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Area leaders share thoughts, memories of Lee Roy Selmon

From public officials to business figures and pastors, Lee Roy Selmon made an impact on the memories of Tampa Bay's leaders. Here are some of their reflections on Selmon's life:

Linda McEwen, widow of influential Tampa Tribune sports journalist Tom McEwen:

It was McEwen who pressed Selmon's case for the Pro Football Hall of Fame. And it was Selmon who helped deliver the eulogy at Tom McEwen's funeral in June. Selmon came to visit Tom McEwen when McEwen was ill, and they joked about the days of the winless Bucs.

"They always had a laugh after the 0-26," she said.

Former Tampa Mayor Dick Greco:

"He did a lot of things quietly nobody knows anything about. … He did a lot of things for children, and kids who were sick. I think he realized, when you become a great player or somebody who is well known or something like that, you can't do that without people."

Jeffrey Singletary, pastor at Central Tampa Baptist Church, which Selmon attended:

Selmon had a behind-the-scenes devotion to simply helping out, whether it was talking to the men's group, mentoring those in the young men's ministry or visiting poorer communities.

"The Bible says Moses was the humblest man that ever lived," Singletary said. "Lee Roy's somewhere there in that text, too."

Bill McBride, attorney and former gubernatorial candidate:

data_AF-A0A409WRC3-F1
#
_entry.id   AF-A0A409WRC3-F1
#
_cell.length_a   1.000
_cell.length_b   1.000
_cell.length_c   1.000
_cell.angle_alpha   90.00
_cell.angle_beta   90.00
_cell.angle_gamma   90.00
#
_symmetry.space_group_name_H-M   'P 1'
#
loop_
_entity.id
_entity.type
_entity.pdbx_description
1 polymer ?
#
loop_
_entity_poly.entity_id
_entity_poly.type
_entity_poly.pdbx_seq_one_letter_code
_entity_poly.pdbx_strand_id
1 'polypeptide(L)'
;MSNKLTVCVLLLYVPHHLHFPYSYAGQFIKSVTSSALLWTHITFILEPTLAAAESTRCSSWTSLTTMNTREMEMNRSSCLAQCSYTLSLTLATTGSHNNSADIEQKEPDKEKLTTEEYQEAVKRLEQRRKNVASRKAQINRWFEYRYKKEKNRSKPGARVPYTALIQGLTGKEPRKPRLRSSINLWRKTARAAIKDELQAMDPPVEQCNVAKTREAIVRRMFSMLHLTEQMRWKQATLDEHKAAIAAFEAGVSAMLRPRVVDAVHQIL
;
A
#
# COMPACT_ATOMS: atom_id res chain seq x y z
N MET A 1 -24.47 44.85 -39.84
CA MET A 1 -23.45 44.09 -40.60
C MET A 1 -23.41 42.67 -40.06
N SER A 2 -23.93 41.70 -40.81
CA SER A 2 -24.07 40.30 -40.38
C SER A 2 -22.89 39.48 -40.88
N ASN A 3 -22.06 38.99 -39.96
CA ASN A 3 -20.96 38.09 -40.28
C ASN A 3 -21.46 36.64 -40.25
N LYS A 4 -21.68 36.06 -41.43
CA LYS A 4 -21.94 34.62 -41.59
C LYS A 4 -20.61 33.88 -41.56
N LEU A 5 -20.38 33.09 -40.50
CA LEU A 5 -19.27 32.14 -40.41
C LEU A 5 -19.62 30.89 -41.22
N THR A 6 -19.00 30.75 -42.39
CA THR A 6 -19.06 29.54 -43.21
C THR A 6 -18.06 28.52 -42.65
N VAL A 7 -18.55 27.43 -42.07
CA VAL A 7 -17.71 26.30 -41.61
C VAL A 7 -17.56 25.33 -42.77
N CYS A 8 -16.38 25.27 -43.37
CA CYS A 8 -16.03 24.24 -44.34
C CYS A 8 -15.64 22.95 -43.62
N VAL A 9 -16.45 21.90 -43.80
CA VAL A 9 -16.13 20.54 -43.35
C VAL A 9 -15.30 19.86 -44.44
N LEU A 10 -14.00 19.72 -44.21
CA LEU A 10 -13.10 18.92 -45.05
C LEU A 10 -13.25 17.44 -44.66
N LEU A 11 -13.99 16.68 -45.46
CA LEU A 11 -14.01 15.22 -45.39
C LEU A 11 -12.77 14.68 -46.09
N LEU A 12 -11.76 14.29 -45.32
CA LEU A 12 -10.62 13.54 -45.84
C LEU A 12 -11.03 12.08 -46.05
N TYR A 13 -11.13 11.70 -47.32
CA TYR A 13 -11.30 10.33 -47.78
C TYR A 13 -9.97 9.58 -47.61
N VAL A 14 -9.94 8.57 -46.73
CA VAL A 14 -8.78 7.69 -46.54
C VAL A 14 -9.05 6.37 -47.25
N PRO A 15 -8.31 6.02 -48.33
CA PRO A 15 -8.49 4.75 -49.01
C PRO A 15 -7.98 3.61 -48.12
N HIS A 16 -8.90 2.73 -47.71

"He was like every man would want his father to be and want his son to be — he was perfect in both ways."

Leonard Levy, businessman who headed the franchise task force that brought the Bucs to Tampa:

"He was just a big, gentle guy — just a fine person. I saw him regularly. He was always nice, always personable. And anytime he was called upon to help you out, he'd be there. I will always cherish having known him."

Tampa Mayor Bob Buckhorn:

"He was what athletes should strive to be. Lee Roy Selmon was a model of how athletes should live their lives — not only athletes, but all of us."

Former Tampa Mayor Sandy Freedman:

"Certainly, he made USF a better place. That program, he was there for the beginning of that – when it was just a gleam in the eye of a few people – to help it develop."

Tom Scott, former Hillsborough County Commissioner and ex-Tampa City Council member:

"Lee Roy just had a touch about him that crossed racial lines and culture lines and boundaries."

John Grant Jr., state senator who sponsored the bill to rename the Crosstown Expressway for Selmon:

"(The bill) was enthusiastically endorsed by the Legislature. It's a living and lasting tribute. … Lee Roy was everybody's friend."

Compiled by staff writers Dan Sullivan, David DeCamp, Stephanie Wang and Amy Scherzer. Times researcher Shirl Kennedy contributed to this report.

Area leaders share thoughts, memories of Lee Roy Selmon 09/04/11 [Last modified: Sunday, September 4, 2011 11:58pm]
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